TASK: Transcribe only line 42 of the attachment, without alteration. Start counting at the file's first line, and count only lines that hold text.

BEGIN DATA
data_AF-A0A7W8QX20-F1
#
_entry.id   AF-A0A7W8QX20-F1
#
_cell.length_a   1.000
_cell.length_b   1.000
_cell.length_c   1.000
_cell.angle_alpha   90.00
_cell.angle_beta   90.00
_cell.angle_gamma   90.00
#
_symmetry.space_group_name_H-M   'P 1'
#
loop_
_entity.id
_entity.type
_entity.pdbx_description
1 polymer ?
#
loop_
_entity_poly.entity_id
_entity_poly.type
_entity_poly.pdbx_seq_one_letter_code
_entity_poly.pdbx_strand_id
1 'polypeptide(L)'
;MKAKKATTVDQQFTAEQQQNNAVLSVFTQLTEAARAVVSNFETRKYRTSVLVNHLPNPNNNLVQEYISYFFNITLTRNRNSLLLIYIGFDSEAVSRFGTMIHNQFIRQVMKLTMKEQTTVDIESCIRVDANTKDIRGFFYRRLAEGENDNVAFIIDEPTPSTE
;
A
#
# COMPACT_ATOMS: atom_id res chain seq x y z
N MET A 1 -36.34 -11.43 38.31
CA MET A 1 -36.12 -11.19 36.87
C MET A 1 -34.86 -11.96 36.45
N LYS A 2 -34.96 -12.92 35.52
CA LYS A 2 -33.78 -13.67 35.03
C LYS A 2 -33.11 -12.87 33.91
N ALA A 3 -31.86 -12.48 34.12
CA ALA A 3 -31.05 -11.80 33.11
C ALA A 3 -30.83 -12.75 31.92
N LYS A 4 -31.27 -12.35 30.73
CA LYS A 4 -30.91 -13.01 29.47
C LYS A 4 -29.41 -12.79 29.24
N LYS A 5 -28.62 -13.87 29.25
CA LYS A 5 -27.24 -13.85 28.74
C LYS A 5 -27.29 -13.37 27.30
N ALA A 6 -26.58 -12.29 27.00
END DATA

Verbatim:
C LYS A 4 -29.41 -12.79 29.24